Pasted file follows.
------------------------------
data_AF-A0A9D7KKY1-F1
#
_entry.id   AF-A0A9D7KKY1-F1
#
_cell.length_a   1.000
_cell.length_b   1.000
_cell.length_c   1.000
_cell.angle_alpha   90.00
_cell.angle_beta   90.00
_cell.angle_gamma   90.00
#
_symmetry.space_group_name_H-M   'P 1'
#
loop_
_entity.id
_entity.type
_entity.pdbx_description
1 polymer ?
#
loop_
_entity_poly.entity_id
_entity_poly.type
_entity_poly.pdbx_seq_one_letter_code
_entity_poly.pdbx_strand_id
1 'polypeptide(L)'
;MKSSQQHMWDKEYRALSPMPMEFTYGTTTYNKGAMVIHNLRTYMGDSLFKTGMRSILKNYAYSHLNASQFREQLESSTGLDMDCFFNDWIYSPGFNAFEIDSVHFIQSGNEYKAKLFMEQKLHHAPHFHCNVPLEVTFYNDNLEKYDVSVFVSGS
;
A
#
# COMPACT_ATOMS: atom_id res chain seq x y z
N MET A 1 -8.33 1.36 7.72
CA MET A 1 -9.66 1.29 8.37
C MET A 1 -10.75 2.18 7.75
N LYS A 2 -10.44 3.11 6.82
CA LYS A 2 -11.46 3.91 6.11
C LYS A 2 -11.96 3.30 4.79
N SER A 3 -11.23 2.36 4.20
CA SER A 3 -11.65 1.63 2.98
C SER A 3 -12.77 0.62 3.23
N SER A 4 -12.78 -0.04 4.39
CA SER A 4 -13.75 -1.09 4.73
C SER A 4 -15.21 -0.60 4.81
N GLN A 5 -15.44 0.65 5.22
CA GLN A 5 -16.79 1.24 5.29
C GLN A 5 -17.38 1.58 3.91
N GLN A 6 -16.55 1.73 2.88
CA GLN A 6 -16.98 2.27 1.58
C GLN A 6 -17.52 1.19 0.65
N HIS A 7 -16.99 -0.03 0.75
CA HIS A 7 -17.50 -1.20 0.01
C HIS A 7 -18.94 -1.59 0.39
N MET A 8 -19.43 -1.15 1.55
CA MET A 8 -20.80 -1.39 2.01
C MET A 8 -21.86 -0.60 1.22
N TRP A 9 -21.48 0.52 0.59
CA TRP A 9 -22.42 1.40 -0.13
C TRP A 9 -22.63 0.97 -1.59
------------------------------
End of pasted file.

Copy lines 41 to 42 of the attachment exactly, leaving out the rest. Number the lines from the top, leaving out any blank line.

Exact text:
CA SER A 4 -13.75 -1.09 4.73
C SER A 4 -15.21 -0.60 4.81